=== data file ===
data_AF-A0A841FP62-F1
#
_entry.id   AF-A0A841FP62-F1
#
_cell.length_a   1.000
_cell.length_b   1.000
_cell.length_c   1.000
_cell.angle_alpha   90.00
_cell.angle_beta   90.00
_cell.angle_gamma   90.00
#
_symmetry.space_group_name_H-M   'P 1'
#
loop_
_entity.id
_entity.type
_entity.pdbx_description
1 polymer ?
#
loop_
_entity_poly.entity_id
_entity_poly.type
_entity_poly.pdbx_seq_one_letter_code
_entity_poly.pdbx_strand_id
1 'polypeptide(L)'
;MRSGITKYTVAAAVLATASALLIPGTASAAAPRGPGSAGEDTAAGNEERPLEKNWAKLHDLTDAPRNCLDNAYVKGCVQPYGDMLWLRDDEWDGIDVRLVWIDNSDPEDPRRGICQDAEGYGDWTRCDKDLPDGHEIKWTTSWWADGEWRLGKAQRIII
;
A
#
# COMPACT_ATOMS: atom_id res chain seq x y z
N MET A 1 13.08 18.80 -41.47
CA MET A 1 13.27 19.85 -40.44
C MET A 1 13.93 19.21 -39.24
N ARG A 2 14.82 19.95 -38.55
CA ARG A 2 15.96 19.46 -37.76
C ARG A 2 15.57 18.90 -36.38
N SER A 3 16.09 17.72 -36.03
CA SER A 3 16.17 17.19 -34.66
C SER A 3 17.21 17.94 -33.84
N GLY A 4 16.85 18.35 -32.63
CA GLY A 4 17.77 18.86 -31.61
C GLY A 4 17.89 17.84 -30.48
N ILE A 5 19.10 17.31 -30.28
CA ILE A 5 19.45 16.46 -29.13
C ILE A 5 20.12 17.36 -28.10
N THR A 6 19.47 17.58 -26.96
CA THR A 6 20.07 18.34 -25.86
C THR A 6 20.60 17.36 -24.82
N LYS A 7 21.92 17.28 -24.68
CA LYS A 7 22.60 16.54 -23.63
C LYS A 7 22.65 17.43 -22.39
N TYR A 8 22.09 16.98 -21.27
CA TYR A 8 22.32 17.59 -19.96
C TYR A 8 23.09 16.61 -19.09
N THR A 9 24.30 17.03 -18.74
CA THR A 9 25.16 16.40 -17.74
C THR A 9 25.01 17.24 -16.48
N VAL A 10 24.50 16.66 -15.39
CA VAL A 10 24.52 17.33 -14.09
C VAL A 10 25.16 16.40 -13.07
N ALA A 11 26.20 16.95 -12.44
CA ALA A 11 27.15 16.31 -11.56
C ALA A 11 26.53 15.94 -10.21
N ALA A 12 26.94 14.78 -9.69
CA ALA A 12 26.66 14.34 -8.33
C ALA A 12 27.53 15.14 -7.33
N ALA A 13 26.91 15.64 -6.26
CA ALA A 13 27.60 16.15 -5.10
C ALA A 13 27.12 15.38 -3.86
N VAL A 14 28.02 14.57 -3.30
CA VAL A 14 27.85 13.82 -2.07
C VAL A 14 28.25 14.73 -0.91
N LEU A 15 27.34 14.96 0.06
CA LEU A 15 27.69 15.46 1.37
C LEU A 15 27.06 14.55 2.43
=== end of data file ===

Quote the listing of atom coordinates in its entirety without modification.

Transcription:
data_AF-A0A841FP62-F1
#
_entry.id   AF-A0A841FP62-F1
#
_cell.length_a   1.000
_cell.length_b   1.000
_cell.length_c   1.000
_cell.angle_alpha   90.00
_cell.angle_beta   90.00
_cell.angle_gamma   90.00
#
_symmetry.space_group_name_H-M   'P 1'
#
loop_
_entity.id
_entity.type
_entity.pdbx_description
1 polymer ?
#
loop_
_entity_poly.entity_id
_entity_poly.type
_entity_poly.pdbx_seq_one_letter_code
_entity_poly.pdbx_strand_id
1 'polypeptide(L)'
;MRSGITKYTVAAAVLATASALLIPGTASAAAPRGPGSAGEDTAAGNEERPLEKNWAKLHDLTDAPRNCLDNAYVKGCVQPYGDMLWLRDDEWDGIDVRLVWIDNSDPEDPRRGICQDAEGYGDWTRCDKDLPDGHEIKWTTSWWADGEWRLGKAQRIII
;
A
#
# COMPACT_ATOMS: atom_id res chain seq x y z
N MET A 1 13.08 18.80 -41.47
CA MET A 1 13.27 19.85 -40.44
C MET A 1 13.93 19.21 -39.24
N ARG A 2 14.82 19.95 -38.55
CA ARG A 2 15.96 19.46 -37.76
C ARG A 2 15.57 18.90 -36.38
N SER A 3 16.09 17.72 -36.03
CA SER A 3 16.17 17.19 -34.66
C SER A 3 17.21 17.94 -33.84
N GLY A 4 16.85 18.35 -32.63
CA GLY A 4 17.77 18.86 -31.61
C GLY A 4 17.89 17.84 -30.48
N ILE A 5 19.10 17.31 -30.28
CA ILE A 5 19.45 16.46 -29.13
C ILE A 5 20.12 17.36 -28.10
N THR A 6 19.47 17.58 -26.96
CA THR A 6 20.07 18.34 -25.86
C THR A 6 20.60 17.36 -24.82
N LYS A 7 21.92 17.28 -24.68
CA LYS A 7 22.60 16.54 -23.63
C LYS A 7 22.65 17.43 -22.39
N TYR A 8 22.09 16.98 -21.27
CA TYR A 8 22.32 17.59 -19.96
C TYR A 8 23.09 16.61 -19.09
N THR A 9 24.30 17.03 -18.74
CA THR A 9 25.16 16.40 -17.74
C THR A 9 25.01 17.24 -16.48
N VAL A 10 24.50 16.66 -15.39
CA VAL A 10 24.52 17.33 -14.09
C VAL A 10 25.16 16.40 -13.07
N ALA A 11 26.20 16.95 -12.44
CA ALA A 11 27.15 16.31 -11.56
C ALA A 11 26.53 15.94 -10.21
N ALA A 12 26.94 14.78 -9.69
CA ALA A 12 26.66 14.34 -8.33
C ALA A 12 27.53 15.14 -7.33
N ALA A 13 26.91 15.64 -6.26
CA ALA A 13 27.60 16.15 -5.10
C ALA A 13 27.12 15.38 -3.86
N VAL A 14 28.02 14.57 -3.30
CA VAL A 14 27.85 13.82 -2.07
C VAL A 14 28.25 14.73 -0.91
N LEU A 15 27.34 14.96 0.06
CA LEU A 15 27.69 15.46 1.37
C LEU A 15 27.06 14.55 2.43